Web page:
Other useful ways to keep the balance are:

    Take proper lunch breaks, at least a few days a week. Get out of the office and take a walk, go for a run or organise a team game with colleagues. The benefits of both exercise and sunshine on our mental health are well known.

    Set times away from work when you do not think or talk about it. If you find your mind drifting towards last week’s meeting or the latest targets, gently take your thoughts elsewhere. Engage in an activity that demands your full attention so that you don’t have the mind space for thoughts of work. Engaging a different aspect of your brain is an excellent de-stressor.

    Take holidays. Get away if you can, and if not, spend time at home with friends and family who have no connection to work. A week away can make an enormous difference to your energy levels and help you reconnect with what matters to you.

    Eat well and exercise. It seems obvious, but most of us don’t do enough of it. Regular meals, enough fruit and vegetables and less coffee, alcohol and fatty, sugary mid-afternoon pick-me-ups make us more resistant to stress.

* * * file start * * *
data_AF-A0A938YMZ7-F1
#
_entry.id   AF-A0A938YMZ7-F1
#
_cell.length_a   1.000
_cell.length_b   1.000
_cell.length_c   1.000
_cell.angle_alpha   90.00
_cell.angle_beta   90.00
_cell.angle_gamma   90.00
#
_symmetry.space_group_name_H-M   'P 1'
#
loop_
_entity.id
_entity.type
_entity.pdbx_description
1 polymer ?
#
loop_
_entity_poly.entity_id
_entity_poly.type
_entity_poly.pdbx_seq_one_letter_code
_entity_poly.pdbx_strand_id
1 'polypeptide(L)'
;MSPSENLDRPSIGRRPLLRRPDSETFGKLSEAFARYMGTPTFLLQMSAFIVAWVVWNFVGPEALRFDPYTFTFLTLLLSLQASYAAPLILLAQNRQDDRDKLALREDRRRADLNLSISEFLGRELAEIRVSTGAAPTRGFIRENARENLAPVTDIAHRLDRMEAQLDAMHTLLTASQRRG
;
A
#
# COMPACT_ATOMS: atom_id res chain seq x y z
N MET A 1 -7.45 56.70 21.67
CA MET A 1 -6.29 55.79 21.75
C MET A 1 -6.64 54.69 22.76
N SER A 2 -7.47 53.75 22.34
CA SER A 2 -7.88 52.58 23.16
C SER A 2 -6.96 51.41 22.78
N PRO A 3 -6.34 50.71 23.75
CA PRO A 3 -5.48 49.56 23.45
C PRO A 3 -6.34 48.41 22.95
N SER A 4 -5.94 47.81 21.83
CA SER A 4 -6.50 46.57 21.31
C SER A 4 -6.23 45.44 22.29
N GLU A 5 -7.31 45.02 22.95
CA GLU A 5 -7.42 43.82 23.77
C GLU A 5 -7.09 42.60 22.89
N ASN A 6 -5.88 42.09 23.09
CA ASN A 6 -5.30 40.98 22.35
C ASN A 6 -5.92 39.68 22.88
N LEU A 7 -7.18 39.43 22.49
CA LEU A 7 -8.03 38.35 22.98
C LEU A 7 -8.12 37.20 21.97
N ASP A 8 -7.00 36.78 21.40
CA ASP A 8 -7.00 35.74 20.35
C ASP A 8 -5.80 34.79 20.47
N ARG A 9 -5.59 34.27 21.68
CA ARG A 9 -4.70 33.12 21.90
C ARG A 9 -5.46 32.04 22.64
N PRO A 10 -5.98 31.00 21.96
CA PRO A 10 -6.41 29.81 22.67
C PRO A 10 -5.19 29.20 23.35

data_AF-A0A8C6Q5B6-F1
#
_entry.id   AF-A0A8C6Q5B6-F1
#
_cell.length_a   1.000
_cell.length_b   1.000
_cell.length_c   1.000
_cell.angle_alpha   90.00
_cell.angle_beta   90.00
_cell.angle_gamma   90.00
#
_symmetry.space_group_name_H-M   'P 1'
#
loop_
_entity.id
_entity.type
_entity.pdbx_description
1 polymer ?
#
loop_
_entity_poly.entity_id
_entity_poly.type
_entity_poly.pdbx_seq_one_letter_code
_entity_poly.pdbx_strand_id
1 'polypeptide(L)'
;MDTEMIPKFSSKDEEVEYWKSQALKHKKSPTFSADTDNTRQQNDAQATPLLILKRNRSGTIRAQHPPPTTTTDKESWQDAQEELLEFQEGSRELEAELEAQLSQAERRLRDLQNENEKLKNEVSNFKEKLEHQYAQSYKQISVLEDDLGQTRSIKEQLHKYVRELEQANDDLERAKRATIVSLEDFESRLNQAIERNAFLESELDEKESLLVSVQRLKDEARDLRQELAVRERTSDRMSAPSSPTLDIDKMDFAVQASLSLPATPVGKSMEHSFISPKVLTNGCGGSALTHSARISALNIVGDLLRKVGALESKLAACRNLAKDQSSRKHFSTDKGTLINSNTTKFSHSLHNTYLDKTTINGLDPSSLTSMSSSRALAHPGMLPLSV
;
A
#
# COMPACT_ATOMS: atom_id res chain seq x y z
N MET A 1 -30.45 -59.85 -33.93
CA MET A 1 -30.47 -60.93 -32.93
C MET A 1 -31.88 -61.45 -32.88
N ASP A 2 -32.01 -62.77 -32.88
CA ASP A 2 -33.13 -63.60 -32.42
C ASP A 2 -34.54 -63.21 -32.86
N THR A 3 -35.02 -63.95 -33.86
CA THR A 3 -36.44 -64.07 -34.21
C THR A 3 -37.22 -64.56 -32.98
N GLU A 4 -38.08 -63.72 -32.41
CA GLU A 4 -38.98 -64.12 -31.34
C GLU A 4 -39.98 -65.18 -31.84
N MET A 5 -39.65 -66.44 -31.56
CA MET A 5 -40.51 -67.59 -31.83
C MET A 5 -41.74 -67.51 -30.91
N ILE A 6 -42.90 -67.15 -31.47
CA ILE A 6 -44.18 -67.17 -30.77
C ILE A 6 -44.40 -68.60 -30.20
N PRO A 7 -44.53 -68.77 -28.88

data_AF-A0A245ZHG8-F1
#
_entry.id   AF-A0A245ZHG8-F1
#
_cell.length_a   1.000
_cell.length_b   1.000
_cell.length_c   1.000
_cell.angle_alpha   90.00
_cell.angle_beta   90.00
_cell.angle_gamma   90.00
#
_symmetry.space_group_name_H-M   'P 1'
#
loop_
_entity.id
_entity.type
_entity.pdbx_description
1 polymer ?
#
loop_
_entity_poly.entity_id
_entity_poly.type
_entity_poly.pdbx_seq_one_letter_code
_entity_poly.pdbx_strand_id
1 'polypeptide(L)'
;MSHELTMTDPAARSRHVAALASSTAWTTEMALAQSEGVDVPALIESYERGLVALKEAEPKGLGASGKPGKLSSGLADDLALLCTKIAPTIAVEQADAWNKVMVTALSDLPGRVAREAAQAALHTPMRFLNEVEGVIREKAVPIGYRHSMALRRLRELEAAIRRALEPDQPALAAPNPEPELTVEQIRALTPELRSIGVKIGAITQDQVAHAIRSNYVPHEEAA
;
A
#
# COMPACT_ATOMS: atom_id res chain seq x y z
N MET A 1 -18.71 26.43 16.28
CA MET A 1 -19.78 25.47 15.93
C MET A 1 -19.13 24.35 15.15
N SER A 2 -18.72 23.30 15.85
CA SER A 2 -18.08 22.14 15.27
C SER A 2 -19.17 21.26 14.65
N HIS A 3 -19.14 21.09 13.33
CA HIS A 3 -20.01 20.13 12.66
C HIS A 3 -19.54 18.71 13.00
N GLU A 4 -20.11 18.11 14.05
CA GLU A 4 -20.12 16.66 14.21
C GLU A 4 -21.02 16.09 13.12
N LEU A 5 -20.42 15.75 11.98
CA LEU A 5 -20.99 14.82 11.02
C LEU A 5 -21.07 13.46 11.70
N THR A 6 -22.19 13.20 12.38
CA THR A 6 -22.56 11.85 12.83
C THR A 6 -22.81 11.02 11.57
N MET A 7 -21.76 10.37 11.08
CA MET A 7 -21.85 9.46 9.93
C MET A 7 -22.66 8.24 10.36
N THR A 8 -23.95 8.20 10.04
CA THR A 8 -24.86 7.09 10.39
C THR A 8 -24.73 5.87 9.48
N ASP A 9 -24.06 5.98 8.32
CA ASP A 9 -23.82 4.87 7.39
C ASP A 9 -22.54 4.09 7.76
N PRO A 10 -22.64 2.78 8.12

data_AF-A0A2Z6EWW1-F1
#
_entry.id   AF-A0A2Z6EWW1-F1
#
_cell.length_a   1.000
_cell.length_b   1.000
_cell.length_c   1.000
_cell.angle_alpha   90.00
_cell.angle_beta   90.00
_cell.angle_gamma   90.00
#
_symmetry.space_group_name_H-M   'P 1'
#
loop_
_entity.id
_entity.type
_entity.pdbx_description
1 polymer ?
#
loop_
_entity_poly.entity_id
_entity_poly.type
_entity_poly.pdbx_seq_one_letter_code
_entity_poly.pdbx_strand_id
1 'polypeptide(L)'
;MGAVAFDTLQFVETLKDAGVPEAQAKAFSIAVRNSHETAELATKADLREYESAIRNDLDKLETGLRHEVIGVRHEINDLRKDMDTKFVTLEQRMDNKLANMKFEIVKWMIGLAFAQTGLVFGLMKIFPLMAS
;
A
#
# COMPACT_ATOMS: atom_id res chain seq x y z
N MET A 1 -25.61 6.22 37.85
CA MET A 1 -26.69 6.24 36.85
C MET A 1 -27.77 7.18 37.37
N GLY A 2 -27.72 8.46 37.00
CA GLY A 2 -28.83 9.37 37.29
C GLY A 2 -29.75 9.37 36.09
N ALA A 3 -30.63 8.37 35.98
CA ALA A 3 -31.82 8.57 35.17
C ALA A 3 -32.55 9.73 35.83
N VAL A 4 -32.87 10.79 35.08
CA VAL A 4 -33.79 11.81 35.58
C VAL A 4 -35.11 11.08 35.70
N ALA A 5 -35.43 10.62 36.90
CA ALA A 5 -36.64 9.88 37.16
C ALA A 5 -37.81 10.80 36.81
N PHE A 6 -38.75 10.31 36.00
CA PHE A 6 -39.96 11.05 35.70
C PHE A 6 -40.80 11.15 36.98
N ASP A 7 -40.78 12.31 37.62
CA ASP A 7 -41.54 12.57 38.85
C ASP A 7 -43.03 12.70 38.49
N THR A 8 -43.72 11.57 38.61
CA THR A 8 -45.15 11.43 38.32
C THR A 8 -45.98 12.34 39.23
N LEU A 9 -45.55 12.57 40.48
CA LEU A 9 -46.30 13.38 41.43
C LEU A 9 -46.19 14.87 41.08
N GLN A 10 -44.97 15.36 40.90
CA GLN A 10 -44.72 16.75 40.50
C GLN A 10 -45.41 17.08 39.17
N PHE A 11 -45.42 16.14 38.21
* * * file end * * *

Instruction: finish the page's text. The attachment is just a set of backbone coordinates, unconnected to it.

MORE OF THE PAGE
Do nothing. As well as working long hours, you may be trying to cram too much into your free time. Remember what it feels like to lie on the grass and look at the clouds, or to go for a walk to nowhere in particular.

    Say no. When you are already too busy, the urge to take on more seems irresistible. Recognise when you are becoming stressed, and skip the next thing. Identify people who can help you get things done, and ask them to help out.

    Negotiate time off to reward performance. When a team has put in many extra hours or has achieved a significant goal, an afternoon off tells employees their time is valued and their efforts are worthwhile.

    Try these strategies and see if you feel more balanced. Then let us know.


  9. Four simple ways to work better with attention deficit disorder

    October 13, 2015 by Alison Hill

    By Dan Hartman

    ADHD/ADD is an attention deficit disorder characterised by impulsiveness, poor attention span, distractibility, restlessness and overactivity. It affects somewhere between five and 10 per cent of children, and symptoms usually become milder in adulthood. You almost definitely work with somebody with the disorder. I’ve developed strategies to manage my ADHD. In fact, I believe this ‘disorder’ has certain advantages, such as enhanced energy and creativity.